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Cloud Detection for All-Sky cameras.

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#1 ignacio_db

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Posted 11 May 2022 - 09:12 AM

Hi,

 

For those of you who might be interested, recently I developed an app (SkyCondition) that classifies the sky condition by processing images streamed from an all-sky camera. It is a ML/AI approach, which is quite effective.

 

In my observatory I use an indi-allsky system as the image server, but the app can be integrated with any all-sky system that serves the latest image to a give file location. The output is a text file, updated periodically, with the sky condition classified in four classes (Clear, Cloudy, Covered, and Rainy), and a session recommendation (GO, PAUSE, STOP) based on some user settings.

 

The text file can be read an parsed by a Safety Monitor of sorts. I have integrated mine with NINA, using the ASCOM Generic File Safety Monitor Driver, and it works very nicely.

 

This is my first version, and have plans for further improvements. It comprises of an .exe file that runs in Windows, and an .h5 file that contains the neural net data. Both are provided in the link bellow. Note that the .exe file is quite large, as it bundles all of the dependencies so that it can run in any installation.

 

Please visit http://www.pampaskie...tion-Detection  for more details, and a few examples (including timelapse labeled videos that demonstrate the performance of the approach).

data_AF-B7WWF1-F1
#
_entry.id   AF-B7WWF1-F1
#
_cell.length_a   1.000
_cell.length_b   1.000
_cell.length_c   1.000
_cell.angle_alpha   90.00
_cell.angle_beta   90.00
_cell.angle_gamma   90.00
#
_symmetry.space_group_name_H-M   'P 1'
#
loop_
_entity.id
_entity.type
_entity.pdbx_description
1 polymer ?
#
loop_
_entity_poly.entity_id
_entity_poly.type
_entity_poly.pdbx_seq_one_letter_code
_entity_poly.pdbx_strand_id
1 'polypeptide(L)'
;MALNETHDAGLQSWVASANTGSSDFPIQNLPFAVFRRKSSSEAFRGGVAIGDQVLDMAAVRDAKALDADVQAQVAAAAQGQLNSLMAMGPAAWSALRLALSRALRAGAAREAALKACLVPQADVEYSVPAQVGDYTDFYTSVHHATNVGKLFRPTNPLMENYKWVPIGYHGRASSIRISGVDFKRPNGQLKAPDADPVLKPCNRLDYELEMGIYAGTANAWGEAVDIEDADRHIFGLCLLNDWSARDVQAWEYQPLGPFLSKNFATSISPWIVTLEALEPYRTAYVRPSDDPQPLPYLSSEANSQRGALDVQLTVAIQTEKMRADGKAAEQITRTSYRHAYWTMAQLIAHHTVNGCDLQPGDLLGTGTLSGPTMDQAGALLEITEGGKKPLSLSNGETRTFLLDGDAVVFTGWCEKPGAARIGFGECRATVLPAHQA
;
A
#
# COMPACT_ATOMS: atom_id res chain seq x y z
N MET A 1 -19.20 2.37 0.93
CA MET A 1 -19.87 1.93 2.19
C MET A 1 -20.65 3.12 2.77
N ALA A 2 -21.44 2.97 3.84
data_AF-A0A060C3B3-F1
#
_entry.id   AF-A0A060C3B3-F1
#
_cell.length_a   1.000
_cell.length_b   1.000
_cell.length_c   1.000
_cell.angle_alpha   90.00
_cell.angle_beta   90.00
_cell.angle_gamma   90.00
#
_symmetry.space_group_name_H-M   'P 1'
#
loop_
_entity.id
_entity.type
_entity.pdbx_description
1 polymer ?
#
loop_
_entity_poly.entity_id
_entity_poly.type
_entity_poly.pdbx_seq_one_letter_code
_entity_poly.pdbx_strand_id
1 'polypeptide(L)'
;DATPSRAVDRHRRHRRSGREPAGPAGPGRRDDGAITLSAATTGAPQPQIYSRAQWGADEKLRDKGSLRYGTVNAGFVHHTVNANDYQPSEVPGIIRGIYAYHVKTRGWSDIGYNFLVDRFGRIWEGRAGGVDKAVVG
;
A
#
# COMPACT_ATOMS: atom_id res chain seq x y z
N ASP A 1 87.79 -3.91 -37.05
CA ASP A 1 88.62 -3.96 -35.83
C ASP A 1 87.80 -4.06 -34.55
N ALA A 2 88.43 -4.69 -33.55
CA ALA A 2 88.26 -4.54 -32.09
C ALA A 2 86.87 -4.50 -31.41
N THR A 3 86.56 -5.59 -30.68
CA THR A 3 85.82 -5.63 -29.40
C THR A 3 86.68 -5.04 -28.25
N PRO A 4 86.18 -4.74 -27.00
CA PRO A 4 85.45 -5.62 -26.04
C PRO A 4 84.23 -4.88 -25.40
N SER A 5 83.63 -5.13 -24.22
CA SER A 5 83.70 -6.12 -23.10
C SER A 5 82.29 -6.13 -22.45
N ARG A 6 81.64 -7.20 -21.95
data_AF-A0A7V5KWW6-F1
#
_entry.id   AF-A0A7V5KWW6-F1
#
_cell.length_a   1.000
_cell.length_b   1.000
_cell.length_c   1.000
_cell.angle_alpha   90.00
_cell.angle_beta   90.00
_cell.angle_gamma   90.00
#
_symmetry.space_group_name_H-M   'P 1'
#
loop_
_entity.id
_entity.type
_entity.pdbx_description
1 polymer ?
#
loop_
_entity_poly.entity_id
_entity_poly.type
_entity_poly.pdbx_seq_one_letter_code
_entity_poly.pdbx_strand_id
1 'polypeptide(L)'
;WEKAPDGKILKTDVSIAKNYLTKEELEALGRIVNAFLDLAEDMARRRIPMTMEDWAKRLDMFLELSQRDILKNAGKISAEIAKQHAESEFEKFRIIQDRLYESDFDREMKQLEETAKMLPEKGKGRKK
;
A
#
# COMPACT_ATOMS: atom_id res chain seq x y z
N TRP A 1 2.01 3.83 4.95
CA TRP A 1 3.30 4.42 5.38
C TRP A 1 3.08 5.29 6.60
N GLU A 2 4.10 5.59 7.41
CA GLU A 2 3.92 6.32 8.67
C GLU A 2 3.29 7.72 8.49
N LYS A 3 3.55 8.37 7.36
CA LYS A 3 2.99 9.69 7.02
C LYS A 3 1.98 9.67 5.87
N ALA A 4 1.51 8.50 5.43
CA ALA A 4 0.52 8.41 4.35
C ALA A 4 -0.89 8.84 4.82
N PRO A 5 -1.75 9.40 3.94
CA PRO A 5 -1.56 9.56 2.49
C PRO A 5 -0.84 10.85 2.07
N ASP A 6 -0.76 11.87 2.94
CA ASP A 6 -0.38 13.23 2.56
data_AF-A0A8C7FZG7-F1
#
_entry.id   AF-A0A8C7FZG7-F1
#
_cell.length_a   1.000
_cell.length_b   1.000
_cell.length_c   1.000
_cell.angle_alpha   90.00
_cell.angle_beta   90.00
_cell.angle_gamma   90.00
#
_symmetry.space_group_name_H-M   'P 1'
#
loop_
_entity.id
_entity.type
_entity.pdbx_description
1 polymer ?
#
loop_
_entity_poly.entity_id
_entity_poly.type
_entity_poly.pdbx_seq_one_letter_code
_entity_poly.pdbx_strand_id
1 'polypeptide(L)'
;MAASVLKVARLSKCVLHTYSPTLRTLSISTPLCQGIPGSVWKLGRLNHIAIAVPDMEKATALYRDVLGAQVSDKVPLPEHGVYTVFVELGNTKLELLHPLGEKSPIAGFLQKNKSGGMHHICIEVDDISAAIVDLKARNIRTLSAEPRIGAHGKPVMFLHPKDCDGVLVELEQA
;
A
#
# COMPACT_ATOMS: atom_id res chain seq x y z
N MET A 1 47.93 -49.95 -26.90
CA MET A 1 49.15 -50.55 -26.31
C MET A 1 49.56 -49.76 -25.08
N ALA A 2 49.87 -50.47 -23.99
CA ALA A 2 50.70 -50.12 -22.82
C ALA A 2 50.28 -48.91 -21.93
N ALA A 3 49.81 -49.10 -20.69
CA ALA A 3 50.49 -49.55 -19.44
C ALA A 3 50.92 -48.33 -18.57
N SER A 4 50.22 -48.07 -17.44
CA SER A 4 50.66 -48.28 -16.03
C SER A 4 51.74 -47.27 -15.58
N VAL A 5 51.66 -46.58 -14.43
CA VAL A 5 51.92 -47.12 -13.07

Note this is a work-in-progress, but already very usable (at your own risk, of course).

 

Ignacio 


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#2 Raginar

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Posted 11 May 2022 - 11:25 AM

Hey Ignacio,

 

    That's super cool!  I'll check it out. Is there a way to run this directly on a raspi vice having a windows computer in the loop?

 

Chris


Edited by Raginar, 11 May 2022 - 11:26 AM.


#3 ignacio_db

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Posted 11 May 2022 - 11:39 AM

Hi Chris. Thanks. Yes, it is possible, and in my plans. For that I need to bundle the app in an raspbian/python environment. I´ll post an update in this thread when available.

 

Ignacio 


Edited by ignacio_db, 11 May 2022 - 11:41 AM.

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#4 Raginar

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Posted 11 May 2022 - 12:13 PM

I'm glad you resurrected the concept.  :)



#5 RossW

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Posted 11 May 2022 - 08:24 PM

Hello Ignacio,